If I had a game with Halflings, I’d know right off that I’d give advantage of some kind to a sneaky halfling, provided he’s not loaded up with clanking gear.  If he’s a bumbling, clumsy halfling, then I wouldn’t.  But, unless he was played as a heavy footed clumsy oaf, I’d run with it.

Now that I’ve tried this experiment, I don’t like the idea of using OSR classes for BOP.  It feels too restrictive.  Perhaps a class could encompass some talents as part of a narrative.  As far as explicit mechanical classes, I’d have simply Warriors, Sorcerers, and Rogues (a hybrid of the two), and as racial modifiers something special for each species I wanted to run, and be done with it.  I think it would be possible to blend that with the BOP character narrative. Consider my take on Sam Gamgee from The Lord of the Rings:

Samwise is a halfling warrior, skilled gardener and cook.  He can carry extremely heavy burdens for a great distance.  He is resistant to curses and wields a mean short sword.

Fiction fills in the rest. I’m not sure if I’ll run BOP yet at the local game store but now that I’ve dumped my brain on here and sorted out some thoughts, I’m not entirely opposed to it.

Someone on the BOP Google+ forum suggested letting BOP narratives be longer, but only five talents can be pulled from it. 

In such a way, a custom character could be built.  This reminds me of World of Dungeons where you can create a custom character by selecting four talents from a list. If I wanted to skip the narrative and let the players build characters from some master list of talents, they can create their desired character type.

This blog post is getting a little long and, being a light-weight, my second beer is making me unnecessarily verbose.  So I will end this now.

 

 

Recreating OSR classes in Blood of Pangea

Before I begin….

Some terms for folks that are unfamiliar with OSR:

OSR – Old School Renaissance.  Home brewed and independently published games compatible with the classic Dungeons & Dragons, known as D&D.

Hit Dice – A number of dice rolled in D&D and OSR games to determine the number of hit points of a character.  Roll 5 dice for a 5HD character.

On with the show…

One thing I like about BOP is how you create your own character class by describing what the character is good at.  The only real mechanical distinction is between those who can use sorcery and those who cannot.  Those who don’t cast spells use their Might to boost dice rolls for any physical activity.

I’m going to try to replicate the original 3 classes of D&D with BOP’s rules, tweaking only what I have to to get there.  I’m not doing the thief as I see thieves as merely lightly armored Fighters with a bolted on rule set for sneaking, climbing and lock picking.  If you want a thief, travel light.

Fighter

Narrative: This character has exceptional training in the use of all kinds of arms and armor.

Mechanics: When attacking, for each point greater than the target number, the Fighter does an additional point of damage.

(Wow, that was easy)

Cleric

Narrative: The cleric uses the favor of his deity to repel undead monsters and to work miracles such as healing, defense, or giving aid to a friend.

Mechanics: The cleric is a special sorcerer that can attempt to repel or destroy undead creatures with the roll of the dice, and may spend Might to boost that roll. The cleric may heal wounds at 1 might per point healed.   If the cleric’s behavior is inconsistent with the philosophy of his deity, he may be punished by that deity.

Magic User

Narrative: A sorcerer.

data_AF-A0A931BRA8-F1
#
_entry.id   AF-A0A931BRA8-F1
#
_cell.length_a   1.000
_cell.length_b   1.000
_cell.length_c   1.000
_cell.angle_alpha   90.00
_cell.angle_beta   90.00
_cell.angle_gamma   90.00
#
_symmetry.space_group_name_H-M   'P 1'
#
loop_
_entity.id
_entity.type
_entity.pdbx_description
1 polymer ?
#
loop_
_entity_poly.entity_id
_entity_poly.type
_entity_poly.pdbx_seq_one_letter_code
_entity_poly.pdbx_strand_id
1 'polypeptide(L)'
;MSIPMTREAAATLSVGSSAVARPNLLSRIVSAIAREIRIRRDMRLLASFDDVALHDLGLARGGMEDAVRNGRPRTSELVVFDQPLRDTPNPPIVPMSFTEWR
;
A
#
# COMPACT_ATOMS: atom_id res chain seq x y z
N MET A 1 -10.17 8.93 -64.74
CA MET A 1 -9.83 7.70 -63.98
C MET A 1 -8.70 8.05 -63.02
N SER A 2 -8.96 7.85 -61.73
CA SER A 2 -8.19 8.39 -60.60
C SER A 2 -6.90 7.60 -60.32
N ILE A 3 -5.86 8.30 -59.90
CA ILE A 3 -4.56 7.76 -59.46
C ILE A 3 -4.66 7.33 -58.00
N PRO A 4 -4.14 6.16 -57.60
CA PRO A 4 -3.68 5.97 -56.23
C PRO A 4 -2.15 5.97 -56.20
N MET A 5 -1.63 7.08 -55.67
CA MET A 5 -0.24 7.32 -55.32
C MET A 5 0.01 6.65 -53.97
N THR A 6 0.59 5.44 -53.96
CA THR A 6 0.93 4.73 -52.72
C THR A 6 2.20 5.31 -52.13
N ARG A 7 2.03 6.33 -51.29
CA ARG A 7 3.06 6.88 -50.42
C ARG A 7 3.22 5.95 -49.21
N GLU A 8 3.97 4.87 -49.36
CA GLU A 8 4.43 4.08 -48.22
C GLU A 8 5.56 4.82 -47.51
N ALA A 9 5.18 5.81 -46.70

Mechanics: Per the standard Blood of Pangea sorcery rules.  Damaging spells may be cast at a cost of 1 Might per point of damage inflicted.

The magic user was the easiest of them all.  The cleric was the toughest.  It is difficult to define the limits of a cleric’s magic.  It tends to be defensive or utility in nature, but higher level spells, such as “Holy Word” from “Dark Dungeons” (an OSR clone) will kill anyone up to 5HD, stun anyone up to 12HD, and deafen anyone 13HD or higher.   If he worships a war god, then surely he can strike his foes down with the power of his god?  Clerics can be fun for role playing in OSR games but I think they’re mechanically silly with their blunt weapons, as though nobody bleeds from taking an iron ball to the skull.

If I were to play with the BOP rules in an OSR setting, then I’d keep the Fighter and the Magic User and ditch the cleric.  The Magic User has damage dealing spells so could, in theory, blast undead creatures if he chose to do so. And the healing spell makes mechanical sense to me.  It is analogous to “Poor Baby” from Tunnels & Trolls.

I like the two character classes: Adventurer and Sorcerer.  The Jock and the Nerd.  Ken St Andre seemed to like it too when he created Tunnels & Trolls:  There’s the warrior, the wizard, and then a hybrid known as a rogue which can do a little of both.

While we’re making characters, let’s make a Tunnels and Trolls Rogue for BOP.

Narrative: The rogue has some skill at arms and magic, but is not very good at either.

Mechanics: The rogue can boost all physical activities with Might, and may cast spells, but at twice the Might cost as the Adventurer or the Sorcerer.  Spend 2 to get +1.  Spend 2 to get one basic spell effect.

In T&T, the warrior has the benefit of additional armor protection. We could replicate that here, if wanted to:  The warrior’s armor or shield can take an additional hit before needing repair.

And lastly when it comes to OSR spell effects, embellish the spells.  Do you fire a bolt of magic light at your enemy, like a classic magic missile?  Or does the target spontaneously break out in bursting pustules, like some curse of disease?   Either way the effect is 1 point of damage per point spent.  Either the light or the pustules might be more impressive, depending on the situation.   When you magically open a lock, does it just click?  Does an ethereal key appear that you stick in the lock?  Does a tiny fairy crawl inside and mess with the tumblers?